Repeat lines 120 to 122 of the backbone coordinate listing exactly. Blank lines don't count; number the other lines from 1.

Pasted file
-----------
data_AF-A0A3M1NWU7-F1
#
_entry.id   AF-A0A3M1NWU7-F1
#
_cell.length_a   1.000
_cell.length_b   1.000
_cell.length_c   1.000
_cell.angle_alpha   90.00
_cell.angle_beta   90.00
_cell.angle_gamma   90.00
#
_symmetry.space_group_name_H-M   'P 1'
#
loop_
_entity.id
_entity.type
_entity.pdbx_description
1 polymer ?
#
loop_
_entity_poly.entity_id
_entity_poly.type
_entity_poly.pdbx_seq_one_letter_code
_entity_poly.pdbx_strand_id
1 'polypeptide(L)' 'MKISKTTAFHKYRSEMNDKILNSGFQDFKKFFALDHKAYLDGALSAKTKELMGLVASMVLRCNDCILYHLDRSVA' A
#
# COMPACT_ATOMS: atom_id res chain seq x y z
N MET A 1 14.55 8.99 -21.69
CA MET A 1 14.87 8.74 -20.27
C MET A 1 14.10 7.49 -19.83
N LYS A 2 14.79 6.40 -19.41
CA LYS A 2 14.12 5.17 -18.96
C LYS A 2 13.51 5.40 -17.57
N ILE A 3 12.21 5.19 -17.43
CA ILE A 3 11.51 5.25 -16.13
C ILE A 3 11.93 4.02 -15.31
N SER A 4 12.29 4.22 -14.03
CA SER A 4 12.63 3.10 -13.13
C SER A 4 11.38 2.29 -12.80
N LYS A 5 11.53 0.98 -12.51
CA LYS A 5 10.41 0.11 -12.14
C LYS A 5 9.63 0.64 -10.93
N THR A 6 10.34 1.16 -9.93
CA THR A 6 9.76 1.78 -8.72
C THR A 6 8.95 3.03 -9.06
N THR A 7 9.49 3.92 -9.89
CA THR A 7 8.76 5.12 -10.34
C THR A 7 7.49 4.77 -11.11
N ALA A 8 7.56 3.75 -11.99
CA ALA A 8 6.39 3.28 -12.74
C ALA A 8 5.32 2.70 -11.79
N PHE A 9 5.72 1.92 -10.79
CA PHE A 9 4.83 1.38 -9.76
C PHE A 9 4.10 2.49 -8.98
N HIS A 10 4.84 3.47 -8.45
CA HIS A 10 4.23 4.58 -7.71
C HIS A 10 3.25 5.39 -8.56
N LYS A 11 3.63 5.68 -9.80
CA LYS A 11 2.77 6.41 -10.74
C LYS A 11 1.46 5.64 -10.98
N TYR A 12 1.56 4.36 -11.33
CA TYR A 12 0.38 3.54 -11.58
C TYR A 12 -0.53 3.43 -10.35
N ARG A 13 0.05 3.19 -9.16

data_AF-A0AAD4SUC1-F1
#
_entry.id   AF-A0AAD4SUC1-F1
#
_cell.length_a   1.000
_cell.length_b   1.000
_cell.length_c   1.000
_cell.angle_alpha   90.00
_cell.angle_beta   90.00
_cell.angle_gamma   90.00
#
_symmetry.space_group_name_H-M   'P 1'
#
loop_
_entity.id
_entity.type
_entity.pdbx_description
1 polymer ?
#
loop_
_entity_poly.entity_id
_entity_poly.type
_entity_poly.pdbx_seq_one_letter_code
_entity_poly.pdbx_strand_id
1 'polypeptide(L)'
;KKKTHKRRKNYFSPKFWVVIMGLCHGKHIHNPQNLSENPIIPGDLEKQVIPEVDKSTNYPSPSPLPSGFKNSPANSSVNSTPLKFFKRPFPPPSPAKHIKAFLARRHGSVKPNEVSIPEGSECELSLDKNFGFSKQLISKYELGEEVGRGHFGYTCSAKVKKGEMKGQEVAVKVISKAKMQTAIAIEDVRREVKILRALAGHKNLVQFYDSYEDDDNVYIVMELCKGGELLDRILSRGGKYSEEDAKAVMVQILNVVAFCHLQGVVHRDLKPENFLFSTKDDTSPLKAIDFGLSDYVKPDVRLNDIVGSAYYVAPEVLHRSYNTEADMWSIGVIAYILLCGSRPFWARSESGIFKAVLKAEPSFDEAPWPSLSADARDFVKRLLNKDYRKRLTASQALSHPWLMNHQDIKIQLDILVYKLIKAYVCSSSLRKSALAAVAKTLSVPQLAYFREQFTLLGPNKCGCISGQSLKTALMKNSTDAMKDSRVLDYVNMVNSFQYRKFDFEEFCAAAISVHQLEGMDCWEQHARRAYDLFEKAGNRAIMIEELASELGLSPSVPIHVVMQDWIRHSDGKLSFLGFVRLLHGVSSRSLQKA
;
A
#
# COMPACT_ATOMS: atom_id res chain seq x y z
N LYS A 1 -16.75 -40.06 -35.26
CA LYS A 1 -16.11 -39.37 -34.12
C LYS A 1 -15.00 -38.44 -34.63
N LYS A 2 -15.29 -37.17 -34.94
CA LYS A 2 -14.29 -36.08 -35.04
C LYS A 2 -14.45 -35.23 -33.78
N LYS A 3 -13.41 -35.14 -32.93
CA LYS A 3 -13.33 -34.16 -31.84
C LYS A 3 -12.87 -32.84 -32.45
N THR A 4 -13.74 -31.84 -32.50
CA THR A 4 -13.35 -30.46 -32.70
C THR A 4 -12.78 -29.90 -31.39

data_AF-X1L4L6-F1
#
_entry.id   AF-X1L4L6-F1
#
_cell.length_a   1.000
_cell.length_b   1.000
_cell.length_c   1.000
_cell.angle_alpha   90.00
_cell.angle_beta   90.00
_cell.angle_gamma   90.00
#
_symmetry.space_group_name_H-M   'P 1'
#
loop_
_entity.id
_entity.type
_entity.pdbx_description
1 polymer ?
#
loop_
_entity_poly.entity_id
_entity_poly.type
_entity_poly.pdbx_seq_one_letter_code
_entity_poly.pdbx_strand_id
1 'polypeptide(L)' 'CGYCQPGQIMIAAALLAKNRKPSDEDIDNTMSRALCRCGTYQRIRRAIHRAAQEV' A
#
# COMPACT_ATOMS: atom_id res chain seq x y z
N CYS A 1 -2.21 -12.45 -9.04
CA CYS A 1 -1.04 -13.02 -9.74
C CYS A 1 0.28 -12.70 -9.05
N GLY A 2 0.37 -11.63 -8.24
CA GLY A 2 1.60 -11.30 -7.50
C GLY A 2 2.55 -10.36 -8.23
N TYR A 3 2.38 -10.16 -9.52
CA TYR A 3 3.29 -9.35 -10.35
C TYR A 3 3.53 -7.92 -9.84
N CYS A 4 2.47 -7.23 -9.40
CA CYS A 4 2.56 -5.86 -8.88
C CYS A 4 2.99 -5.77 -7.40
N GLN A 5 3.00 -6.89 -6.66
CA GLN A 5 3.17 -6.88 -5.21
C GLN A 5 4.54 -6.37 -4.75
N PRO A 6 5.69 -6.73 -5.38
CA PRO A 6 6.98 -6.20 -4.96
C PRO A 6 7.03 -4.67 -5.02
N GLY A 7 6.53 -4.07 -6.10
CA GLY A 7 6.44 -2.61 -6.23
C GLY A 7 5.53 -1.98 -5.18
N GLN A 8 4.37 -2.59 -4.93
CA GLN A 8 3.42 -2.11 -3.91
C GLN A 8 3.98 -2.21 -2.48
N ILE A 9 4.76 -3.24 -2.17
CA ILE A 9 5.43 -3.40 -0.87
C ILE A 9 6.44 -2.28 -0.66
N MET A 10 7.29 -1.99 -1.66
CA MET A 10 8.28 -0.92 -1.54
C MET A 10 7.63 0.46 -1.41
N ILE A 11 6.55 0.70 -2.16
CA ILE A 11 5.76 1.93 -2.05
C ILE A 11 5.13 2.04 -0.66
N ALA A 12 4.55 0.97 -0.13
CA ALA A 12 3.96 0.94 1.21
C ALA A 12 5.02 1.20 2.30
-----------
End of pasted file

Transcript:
loop_
_entity.id
_entity.type